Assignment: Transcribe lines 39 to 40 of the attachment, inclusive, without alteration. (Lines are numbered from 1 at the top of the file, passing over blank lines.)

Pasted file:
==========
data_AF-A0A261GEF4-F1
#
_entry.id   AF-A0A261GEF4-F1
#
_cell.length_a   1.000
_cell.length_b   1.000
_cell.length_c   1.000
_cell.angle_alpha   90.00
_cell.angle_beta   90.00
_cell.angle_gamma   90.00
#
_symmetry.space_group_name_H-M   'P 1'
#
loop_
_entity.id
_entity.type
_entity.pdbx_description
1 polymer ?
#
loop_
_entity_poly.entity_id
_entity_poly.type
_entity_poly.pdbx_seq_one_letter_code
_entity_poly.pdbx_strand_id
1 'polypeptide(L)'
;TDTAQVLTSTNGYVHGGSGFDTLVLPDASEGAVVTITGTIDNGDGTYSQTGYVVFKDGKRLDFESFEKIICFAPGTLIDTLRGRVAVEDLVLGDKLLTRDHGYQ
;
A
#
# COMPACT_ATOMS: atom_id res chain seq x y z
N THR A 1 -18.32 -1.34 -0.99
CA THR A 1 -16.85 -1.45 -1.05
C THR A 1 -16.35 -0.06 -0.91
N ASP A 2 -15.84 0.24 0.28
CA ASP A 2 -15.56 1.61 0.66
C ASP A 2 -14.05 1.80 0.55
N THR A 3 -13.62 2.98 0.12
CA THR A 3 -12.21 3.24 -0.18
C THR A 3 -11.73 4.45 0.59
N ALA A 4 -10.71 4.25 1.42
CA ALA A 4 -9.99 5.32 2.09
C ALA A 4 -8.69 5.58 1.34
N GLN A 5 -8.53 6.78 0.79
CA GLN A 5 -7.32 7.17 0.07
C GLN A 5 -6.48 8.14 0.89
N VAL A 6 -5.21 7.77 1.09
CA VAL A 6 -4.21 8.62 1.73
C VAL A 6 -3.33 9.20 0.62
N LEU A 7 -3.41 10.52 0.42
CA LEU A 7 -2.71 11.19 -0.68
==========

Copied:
C THR A 3 -11.73 4.45 0.59
N ALA A 4 -10.71 4.25 1.42